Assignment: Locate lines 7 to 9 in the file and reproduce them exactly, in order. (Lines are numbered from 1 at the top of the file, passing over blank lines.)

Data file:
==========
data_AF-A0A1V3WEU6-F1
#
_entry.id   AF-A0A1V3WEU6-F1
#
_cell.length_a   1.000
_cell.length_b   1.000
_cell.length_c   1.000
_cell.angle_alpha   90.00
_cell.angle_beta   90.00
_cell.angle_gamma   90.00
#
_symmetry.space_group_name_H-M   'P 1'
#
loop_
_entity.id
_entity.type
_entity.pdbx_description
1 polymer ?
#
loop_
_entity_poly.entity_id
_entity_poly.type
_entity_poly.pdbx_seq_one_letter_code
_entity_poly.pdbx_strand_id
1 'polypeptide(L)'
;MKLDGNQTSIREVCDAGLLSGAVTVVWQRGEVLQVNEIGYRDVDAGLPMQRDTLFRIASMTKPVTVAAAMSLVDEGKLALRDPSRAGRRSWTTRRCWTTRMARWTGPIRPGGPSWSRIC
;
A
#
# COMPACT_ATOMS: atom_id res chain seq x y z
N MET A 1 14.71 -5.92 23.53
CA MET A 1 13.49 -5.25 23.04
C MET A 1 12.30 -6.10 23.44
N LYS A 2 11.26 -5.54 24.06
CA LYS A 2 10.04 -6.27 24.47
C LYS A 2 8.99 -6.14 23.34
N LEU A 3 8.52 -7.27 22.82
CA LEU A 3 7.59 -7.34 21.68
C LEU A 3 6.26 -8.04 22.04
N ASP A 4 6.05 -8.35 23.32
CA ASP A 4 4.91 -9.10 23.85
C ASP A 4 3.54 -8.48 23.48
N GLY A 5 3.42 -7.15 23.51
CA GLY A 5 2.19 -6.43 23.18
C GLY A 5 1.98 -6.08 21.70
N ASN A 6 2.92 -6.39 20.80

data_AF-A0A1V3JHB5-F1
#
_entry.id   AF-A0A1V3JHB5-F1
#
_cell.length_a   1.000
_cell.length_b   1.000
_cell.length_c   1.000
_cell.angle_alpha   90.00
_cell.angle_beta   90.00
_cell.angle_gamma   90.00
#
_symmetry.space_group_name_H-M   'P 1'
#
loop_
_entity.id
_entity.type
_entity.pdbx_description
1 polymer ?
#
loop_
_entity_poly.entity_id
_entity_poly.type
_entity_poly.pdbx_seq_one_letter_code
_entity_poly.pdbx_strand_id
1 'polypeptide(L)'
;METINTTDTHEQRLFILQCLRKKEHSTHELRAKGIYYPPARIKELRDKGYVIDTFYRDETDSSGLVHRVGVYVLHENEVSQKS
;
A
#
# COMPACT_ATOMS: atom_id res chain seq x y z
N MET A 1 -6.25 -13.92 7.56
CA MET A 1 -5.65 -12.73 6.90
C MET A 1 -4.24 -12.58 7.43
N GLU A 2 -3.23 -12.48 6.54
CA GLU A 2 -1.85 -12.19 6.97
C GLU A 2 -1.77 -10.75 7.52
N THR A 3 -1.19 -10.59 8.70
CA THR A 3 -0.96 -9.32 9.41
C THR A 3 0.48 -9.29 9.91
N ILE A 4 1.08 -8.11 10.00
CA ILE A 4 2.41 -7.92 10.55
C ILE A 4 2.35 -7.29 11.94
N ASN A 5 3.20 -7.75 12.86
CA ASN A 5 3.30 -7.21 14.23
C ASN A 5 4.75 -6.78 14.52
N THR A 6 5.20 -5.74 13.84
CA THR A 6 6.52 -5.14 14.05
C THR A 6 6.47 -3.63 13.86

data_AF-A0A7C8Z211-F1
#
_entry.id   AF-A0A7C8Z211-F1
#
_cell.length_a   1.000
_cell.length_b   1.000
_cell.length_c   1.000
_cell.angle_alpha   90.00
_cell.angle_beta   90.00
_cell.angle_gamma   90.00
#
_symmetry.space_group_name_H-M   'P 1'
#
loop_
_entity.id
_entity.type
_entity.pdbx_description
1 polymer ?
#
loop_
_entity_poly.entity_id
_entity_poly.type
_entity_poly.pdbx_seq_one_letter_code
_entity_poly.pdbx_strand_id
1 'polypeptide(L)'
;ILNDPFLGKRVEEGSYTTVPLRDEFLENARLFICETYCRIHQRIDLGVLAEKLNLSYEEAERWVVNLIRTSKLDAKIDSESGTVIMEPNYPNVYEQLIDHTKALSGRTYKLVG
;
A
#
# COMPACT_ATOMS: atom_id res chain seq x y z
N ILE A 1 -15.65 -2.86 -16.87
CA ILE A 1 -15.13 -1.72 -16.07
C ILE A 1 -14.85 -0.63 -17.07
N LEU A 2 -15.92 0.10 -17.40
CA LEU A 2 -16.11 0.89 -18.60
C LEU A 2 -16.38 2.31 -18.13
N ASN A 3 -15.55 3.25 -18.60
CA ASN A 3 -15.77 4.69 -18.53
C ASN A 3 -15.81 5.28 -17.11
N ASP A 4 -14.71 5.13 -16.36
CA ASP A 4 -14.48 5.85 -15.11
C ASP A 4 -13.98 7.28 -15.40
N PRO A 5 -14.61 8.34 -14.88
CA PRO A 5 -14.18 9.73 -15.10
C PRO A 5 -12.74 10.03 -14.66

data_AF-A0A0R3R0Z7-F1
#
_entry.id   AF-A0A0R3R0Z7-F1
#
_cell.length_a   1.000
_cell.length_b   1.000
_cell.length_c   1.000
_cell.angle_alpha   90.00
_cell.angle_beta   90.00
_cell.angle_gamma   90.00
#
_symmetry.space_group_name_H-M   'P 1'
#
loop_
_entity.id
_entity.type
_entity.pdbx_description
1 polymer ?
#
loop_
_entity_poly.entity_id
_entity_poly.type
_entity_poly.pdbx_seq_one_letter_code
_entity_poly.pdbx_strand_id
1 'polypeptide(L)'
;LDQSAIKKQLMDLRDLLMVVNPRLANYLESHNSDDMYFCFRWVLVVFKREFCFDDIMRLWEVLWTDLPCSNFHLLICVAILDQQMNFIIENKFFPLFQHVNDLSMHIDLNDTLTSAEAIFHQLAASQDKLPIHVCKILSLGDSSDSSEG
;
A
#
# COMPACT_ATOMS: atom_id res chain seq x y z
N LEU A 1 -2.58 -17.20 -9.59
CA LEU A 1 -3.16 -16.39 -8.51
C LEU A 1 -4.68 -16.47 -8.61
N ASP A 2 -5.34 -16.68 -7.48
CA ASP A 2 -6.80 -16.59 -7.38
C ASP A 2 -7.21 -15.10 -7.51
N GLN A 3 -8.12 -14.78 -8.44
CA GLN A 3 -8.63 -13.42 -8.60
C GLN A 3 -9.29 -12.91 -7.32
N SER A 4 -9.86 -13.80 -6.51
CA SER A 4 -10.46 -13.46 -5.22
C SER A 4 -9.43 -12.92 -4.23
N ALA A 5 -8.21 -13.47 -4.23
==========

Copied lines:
_cell.length_c   1.000
_cell.angle_alpha   90.00
_cell.angle_beta   90.00